Commemorating Anzac Day
Anzac Day is one of the most important days on our national calendar. It’s an opportunity for all of us to pause, remember and reflect on the conflicts that have gone before us, and those that are still being battled in the world. This year in particular is a chance for reflection on the harsh realities of war, as we watch on in horror at the tragedy unfolding in Ukraine.
As we pay our respects to those Australians killed in war and honour our returned service men and women today, I urge everyone to take a moment to think of those Ukrainians currently fighting for their lives and their country’s freedom.
Anzac Day for me this year will be very similar to how it was spent in 2020 – with a solitary driveway tribute. After testing positive to COVID-19 early last week, I am sadly not able to make Anzac Day events in the electorate today. I was due to attend services at Warialda, Crooble and Moree.
Although I’m at home, I will still be taking the time to remember the sacrifice of all those who have served and provided us with the freedoms we enjoy today. I encourage everyone to commemorate in some way and show your respect and gratitude for those men and women who have served, and who continue to serve.
Lest we forget.
COVID cancels campaign plans
Early last week I tested positive for COVID-19, after developing flu-like symptoms.
I have since been at home recovering and taking this time to rest. Unfortunately, this meant that I was forced to put a halt on my election campaigning and cancel plans on the road. As a result, I missed the ballot draw for the seat of Parkes on Friday – the first I have missed in six elections. I have been drawn fourth on the ballot paper, out of nine candidates, which is not a bad place to be.
While it’s disappointing to have had to cancel plans, especially Anzac Day commitments, I am thankful to be recovering well. I look forward to coming out of isolation tomorrow, ahead of the opening of the new Lucas Bridge in Gilgandra on Wednesday, and meetings and events in Dubbo, Narromine and Narrabri later in the week.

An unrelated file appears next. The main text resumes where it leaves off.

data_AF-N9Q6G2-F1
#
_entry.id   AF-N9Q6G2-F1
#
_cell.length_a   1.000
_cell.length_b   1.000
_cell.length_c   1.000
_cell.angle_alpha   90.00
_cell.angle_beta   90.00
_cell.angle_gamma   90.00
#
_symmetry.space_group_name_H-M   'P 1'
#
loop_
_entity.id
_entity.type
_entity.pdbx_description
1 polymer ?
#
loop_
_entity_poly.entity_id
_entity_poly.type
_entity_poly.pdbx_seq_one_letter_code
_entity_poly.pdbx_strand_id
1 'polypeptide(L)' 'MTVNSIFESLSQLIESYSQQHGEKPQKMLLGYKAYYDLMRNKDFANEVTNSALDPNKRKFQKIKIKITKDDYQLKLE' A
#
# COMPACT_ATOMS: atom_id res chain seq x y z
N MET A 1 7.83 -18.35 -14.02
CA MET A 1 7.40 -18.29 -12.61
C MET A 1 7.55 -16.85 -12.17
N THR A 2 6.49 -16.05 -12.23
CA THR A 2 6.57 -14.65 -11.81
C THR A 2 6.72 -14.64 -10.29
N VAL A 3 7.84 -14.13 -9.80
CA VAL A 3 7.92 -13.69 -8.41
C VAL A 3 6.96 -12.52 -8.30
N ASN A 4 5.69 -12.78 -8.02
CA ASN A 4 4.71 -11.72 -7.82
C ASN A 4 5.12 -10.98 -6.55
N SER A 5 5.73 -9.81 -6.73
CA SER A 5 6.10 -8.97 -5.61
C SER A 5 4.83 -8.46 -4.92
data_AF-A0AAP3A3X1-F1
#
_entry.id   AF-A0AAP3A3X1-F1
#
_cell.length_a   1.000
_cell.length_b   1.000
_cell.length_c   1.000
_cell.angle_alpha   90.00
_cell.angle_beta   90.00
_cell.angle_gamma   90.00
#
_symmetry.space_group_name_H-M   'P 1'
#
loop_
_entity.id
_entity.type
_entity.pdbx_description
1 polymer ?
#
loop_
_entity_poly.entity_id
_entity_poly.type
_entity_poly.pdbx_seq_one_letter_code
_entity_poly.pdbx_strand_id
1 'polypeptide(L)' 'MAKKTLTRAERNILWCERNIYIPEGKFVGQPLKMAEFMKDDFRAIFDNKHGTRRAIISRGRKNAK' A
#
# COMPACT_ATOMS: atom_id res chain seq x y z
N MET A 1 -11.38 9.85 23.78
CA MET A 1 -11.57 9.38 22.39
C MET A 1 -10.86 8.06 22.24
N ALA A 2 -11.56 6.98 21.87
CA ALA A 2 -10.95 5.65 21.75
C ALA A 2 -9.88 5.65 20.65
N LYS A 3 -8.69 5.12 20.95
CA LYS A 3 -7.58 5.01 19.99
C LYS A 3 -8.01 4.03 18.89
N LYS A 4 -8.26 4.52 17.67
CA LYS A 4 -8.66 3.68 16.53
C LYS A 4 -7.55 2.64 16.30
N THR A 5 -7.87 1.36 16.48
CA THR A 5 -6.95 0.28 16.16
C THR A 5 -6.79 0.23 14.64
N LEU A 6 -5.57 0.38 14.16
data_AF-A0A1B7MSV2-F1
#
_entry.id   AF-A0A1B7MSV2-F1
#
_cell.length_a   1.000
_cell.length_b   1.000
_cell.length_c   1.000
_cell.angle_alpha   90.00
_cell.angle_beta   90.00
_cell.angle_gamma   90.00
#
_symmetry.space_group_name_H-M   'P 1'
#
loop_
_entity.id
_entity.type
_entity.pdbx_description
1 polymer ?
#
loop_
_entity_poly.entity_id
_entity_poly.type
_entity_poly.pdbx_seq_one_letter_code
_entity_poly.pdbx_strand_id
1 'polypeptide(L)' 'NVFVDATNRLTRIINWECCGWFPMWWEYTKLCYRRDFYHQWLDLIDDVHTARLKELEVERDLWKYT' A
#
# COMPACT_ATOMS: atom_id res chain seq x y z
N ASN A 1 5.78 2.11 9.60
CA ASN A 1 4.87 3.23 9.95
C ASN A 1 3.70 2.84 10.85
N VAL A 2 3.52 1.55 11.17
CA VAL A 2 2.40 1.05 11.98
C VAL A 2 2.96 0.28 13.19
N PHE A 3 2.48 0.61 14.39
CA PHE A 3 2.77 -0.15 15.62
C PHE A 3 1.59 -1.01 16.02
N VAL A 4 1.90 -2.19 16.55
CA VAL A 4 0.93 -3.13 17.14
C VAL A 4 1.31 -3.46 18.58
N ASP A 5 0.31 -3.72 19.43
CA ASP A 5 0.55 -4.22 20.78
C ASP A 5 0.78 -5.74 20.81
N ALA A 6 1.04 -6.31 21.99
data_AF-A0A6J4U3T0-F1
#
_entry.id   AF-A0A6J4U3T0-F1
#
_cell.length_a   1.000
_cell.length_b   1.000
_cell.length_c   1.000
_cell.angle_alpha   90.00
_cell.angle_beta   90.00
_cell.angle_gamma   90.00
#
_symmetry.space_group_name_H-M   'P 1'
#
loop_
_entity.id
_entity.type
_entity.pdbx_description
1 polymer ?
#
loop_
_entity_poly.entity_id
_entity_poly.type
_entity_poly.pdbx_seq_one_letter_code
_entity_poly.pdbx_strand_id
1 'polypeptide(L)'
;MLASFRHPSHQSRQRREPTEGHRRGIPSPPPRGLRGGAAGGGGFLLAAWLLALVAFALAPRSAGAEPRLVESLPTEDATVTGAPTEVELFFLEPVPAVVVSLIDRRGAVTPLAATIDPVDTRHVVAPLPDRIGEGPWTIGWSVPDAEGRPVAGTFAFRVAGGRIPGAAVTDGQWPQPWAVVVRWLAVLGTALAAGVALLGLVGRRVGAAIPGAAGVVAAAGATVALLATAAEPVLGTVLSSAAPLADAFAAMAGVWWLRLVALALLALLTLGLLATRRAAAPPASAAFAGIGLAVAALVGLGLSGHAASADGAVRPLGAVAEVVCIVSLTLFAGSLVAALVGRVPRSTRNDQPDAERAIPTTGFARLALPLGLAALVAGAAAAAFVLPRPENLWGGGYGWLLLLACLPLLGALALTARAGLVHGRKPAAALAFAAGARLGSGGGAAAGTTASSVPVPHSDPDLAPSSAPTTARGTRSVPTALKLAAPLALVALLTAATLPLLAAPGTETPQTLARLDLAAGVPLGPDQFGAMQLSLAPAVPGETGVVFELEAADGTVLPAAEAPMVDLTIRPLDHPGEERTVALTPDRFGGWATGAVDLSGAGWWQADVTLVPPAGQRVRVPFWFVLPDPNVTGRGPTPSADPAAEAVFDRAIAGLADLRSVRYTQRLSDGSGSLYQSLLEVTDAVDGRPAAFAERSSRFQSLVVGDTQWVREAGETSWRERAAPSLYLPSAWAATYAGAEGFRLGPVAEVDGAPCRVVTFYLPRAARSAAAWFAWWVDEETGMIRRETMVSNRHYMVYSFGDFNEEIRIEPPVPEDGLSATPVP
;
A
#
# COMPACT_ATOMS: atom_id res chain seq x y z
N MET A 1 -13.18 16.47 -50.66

I am now rested and ready for the election campaign to ramp up over the next month before we head to the polls on Saturday 21 May.
Getting young farmers back on the land
The Liberal and Nationals Government is committed to supporting the long-term economic future of our regions, which is why we are investing $75 million to help bring young Australians back to the farm.
The Future Farmer Guarantee Scheme pilot will help to address one of the key barriers for people entering agriculture – access to capital.
Under the scheme, the Government will guarantee 40 per cent of an eligible new farmer’s commercial loan up to a maximum value of $1 million.
We know our farmers are keen to help the next generation get their start and the government is using every lever we have to encourage young people on the land. Lowering the barriers for future farmers is an investment in the future of our regions.
The Regional Investment Corporation (RIC) will receive $1.45 million to administer the program which will open 1 January 2023. Funding for the $75 million guarantee will come from existing RIC appropriations.
Banking on livestock and pasture genetics
Valuable livestock and seed genetics will be preserved through the Liberal and Nationals Government’s $8.2 million commitment to national genebanks.
Genebanks are a way of future-proofing Australian agriculture, so we can have the best and most innovative way of protecting our breeding lines. They are also a way of securing high value genetic lines in case of an emergency, such as fire, flood or a biosecurity incursion, and are important for research. By having a storage bank of genetic material, we can leverage co-investment and research to develop breeds and cultivars that will suit our unique environment.
The Coalition Government has committed $8.2 million over four years from 2022-23 and $1.6 million each year from 2026-27 to establish a National livestock Genebank and to continue the Australian Pastures Genebank.